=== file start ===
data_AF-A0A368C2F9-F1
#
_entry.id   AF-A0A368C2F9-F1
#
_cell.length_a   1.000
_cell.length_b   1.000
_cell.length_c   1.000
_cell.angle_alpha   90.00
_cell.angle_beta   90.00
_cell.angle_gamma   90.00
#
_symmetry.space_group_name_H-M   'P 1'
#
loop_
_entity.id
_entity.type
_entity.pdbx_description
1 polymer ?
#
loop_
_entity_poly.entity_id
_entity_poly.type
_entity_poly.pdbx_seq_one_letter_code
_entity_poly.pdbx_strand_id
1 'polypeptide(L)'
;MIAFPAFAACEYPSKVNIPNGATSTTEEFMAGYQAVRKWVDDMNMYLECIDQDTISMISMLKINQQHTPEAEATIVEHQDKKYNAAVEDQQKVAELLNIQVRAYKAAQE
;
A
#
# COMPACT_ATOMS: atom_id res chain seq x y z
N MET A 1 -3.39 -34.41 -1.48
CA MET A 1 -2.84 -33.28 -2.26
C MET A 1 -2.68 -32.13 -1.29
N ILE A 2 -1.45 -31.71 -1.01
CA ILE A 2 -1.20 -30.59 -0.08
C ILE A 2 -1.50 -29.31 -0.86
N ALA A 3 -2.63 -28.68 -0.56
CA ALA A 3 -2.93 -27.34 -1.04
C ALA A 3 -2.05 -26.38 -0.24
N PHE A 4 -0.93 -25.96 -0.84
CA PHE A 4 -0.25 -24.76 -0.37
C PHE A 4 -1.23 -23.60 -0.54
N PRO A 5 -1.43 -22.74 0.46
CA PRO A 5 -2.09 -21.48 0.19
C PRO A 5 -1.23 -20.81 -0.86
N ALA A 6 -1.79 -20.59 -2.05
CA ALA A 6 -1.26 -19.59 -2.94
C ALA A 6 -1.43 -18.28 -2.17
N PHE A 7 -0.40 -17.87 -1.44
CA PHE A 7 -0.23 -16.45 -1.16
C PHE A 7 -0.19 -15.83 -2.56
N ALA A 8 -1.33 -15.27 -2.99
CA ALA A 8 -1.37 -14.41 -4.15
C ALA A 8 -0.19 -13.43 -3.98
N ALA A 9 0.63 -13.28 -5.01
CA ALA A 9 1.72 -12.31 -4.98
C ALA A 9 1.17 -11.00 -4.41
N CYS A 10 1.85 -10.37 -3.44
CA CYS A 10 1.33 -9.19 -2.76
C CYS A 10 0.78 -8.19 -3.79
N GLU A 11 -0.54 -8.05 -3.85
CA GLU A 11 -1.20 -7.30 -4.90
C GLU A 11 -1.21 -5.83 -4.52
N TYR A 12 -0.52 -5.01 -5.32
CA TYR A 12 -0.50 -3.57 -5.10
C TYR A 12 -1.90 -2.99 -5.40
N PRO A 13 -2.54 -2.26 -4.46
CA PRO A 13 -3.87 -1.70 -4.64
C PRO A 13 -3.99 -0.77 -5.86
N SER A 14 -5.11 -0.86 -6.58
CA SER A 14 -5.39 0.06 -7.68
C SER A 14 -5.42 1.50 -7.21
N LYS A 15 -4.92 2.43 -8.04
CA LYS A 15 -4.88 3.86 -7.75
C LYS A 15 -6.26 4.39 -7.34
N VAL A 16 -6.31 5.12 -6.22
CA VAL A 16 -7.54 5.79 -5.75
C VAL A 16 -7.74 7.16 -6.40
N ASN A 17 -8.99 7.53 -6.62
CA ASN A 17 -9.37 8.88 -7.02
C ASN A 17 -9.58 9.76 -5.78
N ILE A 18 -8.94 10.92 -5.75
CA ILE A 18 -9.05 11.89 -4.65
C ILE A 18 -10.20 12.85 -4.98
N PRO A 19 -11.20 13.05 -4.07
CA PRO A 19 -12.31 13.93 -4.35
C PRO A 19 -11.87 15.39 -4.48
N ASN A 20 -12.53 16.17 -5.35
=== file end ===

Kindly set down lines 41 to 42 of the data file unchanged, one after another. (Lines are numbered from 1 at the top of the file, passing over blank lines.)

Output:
CA PHE A 4 -0.25 -24.76 -0.37
C PHE A 4 -1.23 -23.60 -0.54